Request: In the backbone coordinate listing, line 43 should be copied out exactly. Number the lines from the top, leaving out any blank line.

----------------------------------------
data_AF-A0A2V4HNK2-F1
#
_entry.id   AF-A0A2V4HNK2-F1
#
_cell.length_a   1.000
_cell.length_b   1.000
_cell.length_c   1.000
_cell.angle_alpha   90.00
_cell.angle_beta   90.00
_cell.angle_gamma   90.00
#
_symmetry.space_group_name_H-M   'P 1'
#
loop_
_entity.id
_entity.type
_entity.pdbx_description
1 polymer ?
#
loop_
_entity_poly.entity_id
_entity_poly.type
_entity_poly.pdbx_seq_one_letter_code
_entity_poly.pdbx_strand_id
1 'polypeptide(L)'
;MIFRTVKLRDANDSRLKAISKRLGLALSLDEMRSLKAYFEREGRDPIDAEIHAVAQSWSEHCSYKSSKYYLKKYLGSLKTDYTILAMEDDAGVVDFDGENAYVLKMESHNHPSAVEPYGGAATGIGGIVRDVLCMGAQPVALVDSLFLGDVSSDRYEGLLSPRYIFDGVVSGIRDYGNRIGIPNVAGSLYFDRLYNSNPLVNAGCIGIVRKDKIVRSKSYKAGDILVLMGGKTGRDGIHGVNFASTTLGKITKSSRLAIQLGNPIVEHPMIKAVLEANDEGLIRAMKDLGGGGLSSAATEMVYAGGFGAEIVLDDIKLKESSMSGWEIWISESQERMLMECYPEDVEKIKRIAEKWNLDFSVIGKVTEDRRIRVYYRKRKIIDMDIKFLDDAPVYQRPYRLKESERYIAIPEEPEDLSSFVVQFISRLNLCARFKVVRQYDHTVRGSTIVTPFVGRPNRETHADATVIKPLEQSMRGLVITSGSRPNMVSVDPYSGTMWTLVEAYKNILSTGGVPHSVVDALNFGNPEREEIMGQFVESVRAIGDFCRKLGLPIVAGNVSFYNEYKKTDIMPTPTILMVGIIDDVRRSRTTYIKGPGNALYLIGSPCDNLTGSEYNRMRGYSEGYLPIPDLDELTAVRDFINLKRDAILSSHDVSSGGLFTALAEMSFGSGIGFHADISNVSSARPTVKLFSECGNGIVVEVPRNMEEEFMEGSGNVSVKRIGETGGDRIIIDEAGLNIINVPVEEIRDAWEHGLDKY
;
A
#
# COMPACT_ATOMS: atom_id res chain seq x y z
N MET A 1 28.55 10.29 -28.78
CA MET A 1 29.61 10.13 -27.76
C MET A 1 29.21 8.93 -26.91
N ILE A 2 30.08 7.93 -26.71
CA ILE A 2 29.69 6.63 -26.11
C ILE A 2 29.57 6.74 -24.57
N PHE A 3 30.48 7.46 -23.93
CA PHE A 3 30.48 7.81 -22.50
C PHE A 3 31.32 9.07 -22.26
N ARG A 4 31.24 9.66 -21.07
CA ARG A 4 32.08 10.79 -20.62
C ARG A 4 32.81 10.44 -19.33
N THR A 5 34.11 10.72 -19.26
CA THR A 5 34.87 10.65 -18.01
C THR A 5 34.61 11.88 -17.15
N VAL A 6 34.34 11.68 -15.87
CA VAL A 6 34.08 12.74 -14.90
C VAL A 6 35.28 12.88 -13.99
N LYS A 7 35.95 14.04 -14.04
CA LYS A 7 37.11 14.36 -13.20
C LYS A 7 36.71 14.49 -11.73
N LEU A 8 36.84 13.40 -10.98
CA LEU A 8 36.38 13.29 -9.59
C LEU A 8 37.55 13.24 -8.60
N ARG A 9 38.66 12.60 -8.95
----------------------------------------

N THR A 5 34.11 10.72 -19.26